How to develop self-care routines that support wellbeing.
By Amanda Vinci.
Being a self-confessed people pleaser my whole life, the concept of taking care of myself first was always foreign to me. I would always make sure I put everyone else’s needs ahead of my own. I became ‘good old Amanda, who will get things done’, and I loved that title. It gave me a sense of purpose and made me feel like I was worthy because I was the go-to person when you wanted to get something done and of course, this validated that I was good enough.
The thing with people pleasing, is that it’s never enough! That validation of helping someone, is short lived. You’re always looking to please more, do more, support more and because you’re focus is always projected on what others need, you often lose sight of what you need.
And then, we crash, and we crash hard.
I was 7 years into my Executive Assistant career when I had my first crash, or said another way, when I experienced burnout for the first time.
I remember the moment like it was yesterday, I was the only one in the office, it was 10:30 at night, the office was empty, the cleaners walked in, cleaned around me and left and I was still in the office. I didn’t get home until close to midnight and cried the whole way home asking myself how did it get so bad?
The thing is we often don’t realize we’re not taking care of ourselves and that’s when burnout happens.
It happens slowly, over time and it gradually builds until we break. It happens with starting our day earlier, skipping lunch, finishing our day later and saying yes when we know we don’t have capacity.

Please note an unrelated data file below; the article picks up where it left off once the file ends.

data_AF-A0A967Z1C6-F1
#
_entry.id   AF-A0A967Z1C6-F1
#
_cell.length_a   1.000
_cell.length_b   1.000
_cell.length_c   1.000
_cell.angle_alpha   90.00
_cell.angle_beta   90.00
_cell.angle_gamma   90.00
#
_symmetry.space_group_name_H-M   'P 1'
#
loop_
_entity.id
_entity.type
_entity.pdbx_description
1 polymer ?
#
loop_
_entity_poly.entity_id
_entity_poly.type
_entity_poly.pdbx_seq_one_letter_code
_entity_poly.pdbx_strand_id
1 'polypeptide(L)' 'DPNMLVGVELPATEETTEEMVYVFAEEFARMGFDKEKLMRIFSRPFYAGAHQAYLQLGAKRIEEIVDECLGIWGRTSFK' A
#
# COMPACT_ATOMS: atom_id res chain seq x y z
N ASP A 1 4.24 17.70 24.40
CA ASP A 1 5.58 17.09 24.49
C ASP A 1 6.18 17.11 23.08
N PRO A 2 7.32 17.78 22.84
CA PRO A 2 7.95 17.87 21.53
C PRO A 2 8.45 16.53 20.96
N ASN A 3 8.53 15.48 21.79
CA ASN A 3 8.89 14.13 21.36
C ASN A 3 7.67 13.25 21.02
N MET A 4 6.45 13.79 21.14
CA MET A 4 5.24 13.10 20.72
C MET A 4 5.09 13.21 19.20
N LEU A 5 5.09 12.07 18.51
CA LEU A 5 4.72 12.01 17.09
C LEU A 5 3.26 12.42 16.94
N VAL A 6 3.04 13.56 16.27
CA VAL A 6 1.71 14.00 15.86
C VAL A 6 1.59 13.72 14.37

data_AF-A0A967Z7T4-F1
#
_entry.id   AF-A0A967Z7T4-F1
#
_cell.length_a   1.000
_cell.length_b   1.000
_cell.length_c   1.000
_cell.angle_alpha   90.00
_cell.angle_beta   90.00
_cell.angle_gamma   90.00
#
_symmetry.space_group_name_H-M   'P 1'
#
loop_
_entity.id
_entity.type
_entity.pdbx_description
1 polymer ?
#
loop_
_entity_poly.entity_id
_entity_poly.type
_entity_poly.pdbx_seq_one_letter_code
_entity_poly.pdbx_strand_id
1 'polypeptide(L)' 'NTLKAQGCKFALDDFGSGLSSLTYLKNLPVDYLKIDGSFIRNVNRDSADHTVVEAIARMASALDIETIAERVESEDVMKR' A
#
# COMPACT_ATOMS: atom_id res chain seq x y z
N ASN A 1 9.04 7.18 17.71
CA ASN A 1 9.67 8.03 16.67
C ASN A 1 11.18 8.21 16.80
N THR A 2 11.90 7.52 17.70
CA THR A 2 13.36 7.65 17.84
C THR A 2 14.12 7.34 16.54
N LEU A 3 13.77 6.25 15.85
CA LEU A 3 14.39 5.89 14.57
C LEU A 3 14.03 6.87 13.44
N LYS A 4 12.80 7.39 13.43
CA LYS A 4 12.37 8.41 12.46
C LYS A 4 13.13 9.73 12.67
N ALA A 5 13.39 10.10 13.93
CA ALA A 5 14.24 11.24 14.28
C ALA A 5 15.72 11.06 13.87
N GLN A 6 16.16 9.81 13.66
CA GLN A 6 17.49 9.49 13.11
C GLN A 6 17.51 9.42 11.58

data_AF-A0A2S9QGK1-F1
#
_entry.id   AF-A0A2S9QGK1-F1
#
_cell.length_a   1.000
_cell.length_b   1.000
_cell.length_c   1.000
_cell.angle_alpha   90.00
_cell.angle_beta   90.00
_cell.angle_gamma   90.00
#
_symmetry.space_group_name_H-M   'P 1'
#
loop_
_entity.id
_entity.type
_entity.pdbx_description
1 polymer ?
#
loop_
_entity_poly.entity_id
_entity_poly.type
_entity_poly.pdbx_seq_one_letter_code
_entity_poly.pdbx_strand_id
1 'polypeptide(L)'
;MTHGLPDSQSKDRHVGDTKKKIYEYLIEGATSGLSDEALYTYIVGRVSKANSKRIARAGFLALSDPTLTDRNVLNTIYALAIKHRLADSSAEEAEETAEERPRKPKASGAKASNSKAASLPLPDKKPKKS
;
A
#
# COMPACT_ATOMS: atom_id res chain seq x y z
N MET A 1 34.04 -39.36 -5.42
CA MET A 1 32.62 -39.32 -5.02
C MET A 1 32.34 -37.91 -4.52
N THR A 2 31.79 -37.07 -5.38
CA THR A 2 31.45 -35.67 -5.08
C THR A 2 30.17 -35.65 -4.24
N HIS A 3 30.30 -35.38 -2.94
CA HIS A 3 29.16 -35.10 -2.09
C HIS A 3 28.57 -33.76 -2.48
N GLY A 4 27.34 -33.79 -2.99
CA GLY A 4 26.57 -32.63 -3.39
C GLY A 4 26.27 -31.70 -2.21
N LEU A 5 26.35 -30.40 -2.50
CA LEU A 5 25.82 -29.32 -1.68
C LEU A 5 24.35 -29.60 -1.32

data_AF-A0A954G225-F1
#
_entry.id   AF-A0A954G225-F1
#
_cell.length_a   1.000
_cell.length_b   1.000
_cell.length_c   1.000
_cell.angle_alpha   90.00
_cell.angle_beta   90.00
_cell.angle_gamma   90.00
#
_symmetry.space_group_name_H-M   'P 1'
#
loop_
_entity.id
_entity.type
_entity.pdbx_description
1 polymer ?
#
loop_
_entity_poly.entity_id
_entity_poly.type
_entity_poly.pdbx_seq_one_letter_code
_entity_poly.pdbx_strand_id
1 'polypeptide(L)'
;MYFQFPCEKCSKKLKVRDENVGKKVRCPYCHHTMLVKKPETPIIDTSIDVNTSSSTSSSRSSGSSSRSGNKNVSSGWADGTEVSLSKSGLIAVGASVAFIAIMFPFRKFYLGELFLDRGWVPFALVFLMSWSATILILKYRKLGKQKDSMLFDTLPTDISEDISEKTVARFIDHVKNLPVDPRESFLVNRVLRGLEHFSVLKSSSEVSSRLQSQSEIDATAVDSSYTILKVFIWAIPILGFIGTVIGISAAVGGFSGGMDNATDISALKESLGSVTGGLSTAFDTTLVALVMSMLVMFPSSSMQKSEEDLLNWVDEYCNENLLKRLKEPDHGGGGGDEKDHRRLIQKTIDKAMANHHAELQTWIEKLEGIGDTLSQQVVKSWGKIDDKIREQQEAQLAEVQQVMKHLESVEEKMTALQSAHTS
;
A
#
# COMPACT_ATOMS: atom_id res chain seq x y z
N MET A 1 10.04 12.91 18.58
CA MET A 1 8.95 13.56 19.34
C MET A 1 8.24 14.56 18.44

I remember one day I went 6 hours without going to the bathroom because I couldn’t spare the 3 minutes it would take. Isn’t that madness?!
We often begin looking to self-care routines when it’s too late and we’re already burned out. Developing a self-care practice before this happens and paying attention to the warning signs is one of the best ways to prevent it and something I hope I can support you with in this blog.
But first, I want to bust the belief that self-care is selfish. This couldn’t be further from the truth.
When we take care of ourselves, we have the energy to care for others, connect with our co-workers on a more personal level, and be more engaged and present at work. We have more patience for ourselves and others, our empathy increases, and we can improve every type of relationship in our lives.
There is a reason why on a plane they ask you to fit your oxygen mask first.
There are really three aspects when it comes to self-care for wellbeing.
When it comes to the body and physical health, it includes exercise, diet and sleep.
When it comes to the mind, we’re talking about the psychological aspect, how you’re managing you’re emotional well-being. That can include relaxation techniques, learning new things and even socialisation.